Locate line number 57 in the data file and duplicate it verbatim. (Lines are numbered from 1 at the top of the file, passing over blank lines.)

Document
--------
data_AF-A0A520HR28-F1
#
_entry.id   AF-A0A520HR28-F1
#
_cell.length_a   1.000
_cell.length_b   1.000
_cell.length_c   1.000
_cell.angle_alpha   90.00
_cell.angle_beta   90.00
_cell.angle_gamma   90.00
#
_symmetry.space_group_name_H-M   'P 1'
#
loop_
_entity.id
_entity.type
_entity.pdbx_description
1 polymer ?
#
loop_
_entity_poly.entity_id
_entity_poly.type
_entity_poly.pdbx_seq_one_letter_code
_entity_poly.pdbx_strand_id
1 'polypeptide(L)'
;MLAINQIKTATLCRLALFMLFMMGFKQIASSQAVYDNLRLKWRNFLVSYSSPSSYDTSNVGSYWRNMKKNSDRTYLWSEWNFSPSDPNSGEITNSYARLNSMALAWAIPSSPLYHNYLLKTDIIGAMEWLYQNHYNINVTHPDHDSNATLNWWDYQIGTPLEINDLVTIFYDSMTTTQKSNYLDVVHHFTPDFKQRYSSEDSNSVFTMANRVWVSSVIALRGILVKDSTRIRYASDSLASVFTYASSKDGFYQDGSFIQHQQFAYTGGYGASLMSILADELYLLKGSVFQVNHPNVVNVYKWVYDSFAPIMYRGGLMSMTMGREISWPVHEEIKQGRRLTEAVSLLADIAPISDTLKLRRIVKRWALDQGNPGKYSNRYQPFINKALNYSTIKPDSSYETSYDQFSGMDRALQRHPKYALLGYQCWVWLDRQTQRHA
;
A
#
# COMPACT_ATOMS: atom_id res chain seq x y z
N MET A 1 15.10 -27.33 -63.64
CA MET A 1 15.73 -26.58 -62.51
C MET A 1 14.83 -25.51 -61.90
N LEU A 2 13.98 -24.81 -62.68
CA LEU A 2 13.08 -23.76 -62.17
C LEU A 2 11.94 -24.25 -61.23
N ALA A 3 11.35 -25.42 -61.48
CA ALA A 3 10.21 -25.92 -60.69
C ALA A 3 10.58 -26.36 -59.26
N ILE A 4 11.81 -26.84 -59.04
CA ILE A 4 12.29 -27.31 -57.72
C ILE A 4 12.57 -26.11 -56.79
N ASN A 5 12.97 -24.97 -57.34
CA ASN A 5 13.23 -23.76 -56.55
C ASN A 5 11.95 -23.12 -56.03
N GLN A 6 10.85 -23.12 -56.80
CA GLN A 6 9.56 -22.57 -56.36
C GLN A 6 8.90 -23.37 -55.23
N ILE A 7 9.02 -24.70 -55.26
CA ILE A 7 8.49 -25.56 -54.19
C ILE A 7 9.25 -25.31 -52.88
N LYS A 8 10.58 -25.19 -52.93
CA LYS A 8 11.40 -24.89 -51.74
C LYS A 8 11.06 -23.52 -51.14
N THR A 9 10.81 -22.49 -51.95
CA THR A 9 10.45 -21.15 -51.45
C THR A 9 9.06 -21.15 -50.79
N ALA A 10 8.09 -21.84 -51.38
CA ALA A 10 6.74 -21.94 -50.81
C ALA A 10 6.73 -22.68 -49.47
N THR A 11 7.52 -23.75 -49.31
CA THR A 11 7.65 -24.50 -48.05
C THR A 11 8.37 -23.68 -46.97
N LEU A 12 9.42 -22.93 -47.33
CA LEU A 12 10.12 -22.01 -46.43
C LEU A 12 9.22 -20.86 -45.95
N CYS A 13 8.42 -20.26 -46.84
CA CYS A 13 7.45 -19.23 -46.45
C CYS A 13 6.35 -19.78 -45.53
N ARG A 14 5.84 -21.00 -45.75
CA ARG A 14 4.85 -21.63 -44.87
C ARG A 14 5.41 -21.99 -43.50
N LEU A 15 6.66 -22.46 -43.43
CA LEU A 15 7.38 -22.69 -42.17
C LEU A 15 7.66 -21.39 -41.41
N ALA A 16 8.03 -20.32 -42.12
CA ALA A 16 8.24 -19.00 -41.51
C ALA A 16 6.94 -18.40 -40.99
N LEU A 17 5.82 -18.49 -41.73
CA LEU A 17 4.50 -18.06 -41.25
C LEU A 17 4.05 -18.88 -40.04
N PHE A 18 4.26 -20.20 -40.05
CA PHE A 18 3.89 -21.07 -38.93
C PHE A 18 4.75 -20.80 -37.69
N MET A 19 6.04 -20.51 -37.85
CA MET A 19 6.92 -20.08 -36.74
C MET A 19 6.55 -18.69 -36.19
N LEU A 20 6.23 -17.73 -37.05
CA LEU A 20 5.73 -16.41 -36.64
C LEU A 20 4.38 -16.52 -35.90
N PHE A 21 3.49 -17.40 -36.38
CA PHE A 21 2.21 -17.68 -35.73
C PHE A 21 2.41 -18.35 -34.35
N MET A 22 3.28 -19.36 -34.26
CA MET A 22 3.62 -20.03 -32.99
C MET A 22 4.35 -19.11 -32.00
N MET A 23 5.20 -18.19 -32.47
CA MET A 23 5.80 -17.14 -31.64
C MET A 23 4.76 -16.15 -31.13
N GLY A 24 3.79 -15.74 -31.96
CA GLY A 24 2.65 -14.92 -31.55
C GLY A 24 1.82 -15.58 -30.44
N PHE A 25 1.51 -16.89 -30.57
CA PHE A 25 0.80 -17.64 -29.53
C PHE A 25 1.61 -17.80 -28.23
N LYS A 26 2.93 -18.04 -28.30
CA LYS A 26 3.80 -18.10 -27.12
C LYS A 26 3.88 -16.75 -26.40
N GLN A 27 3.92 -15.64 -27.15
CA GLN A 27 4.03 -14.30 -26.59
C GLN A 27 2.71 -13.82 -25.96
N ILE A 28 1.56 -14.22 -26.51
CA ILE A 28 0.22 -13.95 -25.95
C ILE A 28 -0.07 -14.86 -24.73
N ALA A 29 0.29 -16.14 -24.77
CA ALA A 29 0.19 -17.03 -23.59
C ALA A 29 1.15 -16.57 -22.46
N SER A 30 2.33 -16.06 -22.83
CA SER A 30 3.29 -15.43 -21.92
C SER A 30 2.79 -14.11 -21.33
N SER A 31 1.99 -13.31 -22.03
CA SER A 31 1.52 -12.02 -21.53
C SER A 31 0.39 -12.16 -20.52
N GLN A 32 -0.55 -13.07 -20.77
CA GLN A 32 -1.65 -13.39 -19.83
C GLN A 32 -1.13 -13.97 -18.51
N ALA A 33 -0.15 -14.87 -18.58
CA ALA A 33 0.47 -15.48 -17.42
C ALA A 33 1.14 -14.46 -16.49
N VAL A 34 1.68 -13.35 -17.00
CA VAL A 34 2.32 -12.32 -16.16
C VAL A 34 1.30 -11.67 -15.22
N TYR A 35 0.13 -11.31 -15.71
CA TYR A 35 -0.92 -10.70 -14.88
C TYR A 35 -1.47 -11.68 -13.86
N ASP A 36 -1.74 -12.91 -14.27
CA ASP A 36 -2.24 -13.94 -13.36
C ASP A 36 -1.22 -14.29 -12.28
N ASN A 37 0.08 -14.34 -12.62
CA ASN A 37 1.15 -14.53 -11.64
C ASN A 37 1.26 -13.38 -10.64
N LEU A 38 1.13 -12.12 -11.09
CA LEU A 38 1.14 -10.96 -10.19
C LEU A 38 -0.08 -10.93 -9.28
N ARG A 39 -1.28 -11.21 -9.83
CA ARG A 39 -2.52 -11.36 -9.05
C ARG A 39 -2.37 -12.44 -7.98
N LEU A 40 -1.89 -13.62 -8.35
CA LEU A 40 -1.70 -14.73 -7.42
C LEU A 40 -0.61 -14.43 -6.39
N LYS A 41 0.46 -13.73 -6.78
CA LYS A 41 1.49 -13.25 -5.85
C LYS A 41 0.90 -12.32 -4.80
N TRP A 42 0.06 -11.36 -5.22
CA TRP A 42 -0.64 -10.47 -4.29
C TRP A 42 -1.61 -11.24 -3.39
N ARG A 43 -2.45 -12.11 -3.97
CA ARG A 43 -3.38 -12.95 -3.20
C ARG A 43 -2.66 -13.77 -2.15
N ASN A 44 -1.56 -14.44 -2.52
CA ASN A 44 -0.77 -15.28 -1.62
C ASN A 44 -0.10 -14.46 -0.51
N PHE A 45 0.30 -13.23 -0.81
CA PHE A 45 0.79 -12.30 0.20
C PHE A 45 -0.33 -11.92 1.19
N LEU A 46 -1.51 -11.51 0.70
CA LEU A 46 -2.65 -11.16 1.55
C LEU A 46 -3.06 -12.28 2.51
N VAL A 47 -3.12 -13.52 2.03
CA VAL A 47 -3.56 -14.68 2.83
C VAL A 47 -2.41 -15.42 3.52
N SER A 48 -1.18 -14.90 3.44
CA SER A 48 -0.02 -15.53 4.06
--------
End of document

C THR A 9 9.06 -21.15 -50.79